Zambian government to surrender crude oil procurement to private sector

Zambia's finance minister Felix Mutati before he presented the 2017 national budget. Picture credit: Lusaka Times.

Zambia’s finance minister Felix Mutati before he presented the 2017
national budget. Picture credit: Lusaka Times.


The Zambian government will surrender procurement of finished petroleum products to the private sector starting in March next year.

This new policy direction is contained in the 2017 budget that the country’s finance minister Felix Mutati recently presented to the National Assembly.

Mr Mutati said that the petroleum sub-sector was characterised by inefficiencies and unsustainable government involvement.

He announced that government was disengaging itself from procuring of crude oil on March 1, 2017 and that its role would be limited to regulating the  petroleum sub-sector.

Mr Mutati also said that government was examining the viability of the government-run Tanzania-Zambia Mafuta (TAZAMA) Pipeline.

It is through TAZAMA that Zambia procures crude oil from a pumping facility at the port of Dar-es-salaam in Tanzania to feed Indeni Petroleum Refinery in Ndola on Zambia’s Copperbelt.

Tazama Pipelines, which was constructed by Italians in the 1960s, came into being when Zambia was blocked from accessing finished petroleum products from a refinery that was based in Southern Rhodesia, now Zimbabwe.

That followed the Unilateral Declaration of Independence (UDI) by the late Ian Douglas  Smith, the then Prime Minister of then Southern Rhodesia.

TAZAMA, which was incorporated in 1966, is jointly owned by the government of Tanzania and Zambia.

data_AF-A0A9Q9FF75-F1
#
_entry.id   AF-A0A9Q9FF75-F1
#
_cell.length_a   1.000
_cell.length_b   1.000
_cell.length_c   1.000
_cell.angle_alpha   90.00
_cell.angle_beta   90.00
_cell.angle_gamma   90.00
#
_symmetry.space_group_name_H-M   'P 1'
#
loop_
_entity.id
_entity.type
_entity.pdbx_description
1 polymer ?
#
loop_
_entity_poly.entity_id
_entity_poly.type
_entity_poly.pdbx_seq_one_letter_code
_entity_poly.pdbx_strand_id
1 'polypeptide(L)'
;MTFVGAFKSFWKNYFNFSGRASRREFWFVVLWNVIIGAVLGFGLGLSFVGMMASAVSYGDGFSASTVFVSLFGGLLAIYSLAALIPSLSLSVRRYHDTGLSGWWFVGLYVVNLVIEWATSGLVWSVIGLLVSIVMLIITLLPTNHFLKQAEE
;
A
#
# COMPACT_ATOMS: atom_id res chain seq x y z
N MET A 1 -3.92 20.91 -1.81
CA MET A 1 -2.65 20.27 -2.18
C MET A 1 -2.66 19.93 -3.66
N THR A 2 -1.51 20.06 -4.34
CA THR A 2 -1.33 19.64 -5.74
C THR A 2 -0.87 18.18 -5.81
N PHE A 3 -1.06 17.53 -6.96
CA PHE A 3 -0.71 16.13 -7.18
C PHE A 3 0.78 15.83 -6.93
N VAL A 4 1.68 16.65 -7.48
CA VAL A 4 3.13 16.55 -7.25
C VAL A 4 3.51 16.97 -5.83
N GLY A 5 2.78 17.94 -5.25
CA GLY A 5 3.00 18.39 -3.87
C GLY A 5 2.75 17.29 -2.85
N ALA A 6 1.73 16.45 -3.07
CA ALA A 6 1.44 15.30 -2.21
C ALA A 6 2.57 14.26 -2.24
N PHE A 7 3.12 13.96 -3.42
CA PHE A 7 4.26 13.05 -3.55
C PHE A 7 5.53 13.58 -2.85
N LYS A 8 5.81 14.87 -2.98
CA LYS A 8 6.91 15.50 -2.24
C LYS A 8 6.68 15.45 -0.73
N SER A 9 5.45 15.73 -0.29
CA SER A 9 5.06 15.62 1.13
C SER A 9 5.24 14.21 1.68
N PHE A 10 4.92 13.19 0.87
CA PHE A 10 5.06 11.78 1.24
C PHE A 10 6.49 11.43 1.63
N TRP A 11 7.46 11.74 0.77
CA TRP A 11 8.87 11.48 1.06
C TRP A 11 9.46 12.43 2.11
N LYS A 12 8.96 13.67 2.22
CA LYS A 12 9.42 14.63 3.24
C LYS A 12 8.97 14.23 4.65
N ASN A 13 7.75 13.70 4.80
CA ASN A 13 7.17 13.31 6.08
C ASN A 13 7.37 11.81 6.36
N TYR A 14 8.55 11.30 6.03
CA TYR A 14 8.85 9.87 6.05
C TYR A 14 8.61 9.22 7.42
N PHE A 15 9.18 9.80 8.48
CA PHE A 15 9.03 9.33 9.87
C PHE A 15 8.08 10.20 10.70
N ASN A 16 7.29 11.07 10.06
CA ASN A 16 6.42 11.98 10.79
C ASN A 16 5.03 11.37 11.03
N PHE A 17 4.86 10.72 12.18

Zambia owns two thirds of the shares in the company while the remaining third has reserved for Tanzania.

 The crude oil pumping facility on TAZAMA is in the port town of Dar-es-salaam in Tanzania while the terminal is at Indeni Petroleum Refinery in Ndola on Zambia’s Copperbelt.

Meanwhile, Mr Mutati said that government was concerned with the poor performance of other State-Owned Enterprises (SOEs) when he presented the 2017 national budget.

He said the Industrial Development Co-operation (IDC) had been assigned to conduct situational analyses of SOEs.

The finance minister said that those that had a good business case would be re-capitalised while those that under-performed would be hived off.

“Mr speaker, government is concerned at the poor performance and low contribution to the treasury and the economy of many SOEs,” he said.

He said SOE being reviewed by the IDC included the Zambia Telecommunications Company Limited (ZAMTEL), Zambia Electricity Supply Corporation and Zambia National Building Society.

Other SOEs are Zambia Railways and Zambia State Insurance Corporation.

The Movement for Multi-party Democracy (MMD), the former ruling party that lost the election to the governing Patriotic Front (PF) in 2011, had observed under-performance of SOEs and started privatising them.

When MMD was in power, Zambia Railways and ZAMTEL were privatised due to poor performance.

South Africa’s Railway Systems of Zambia took over the running of Zambia Railways while Lap Green of South Africa was offered ZAMEL.

Deceased fifth President Michael Sata rescinded that decision when the PF came to power in 2011.

Many Zambians are concerned with the under-performance of ZESCO, which is currently rationing power among commercial and domestic users.

Drought has caused low water levels in the Zambezi River on which Kariba Dam, the biggest hydro-power station shared with neighbouring Zimbabwe has been constructed.

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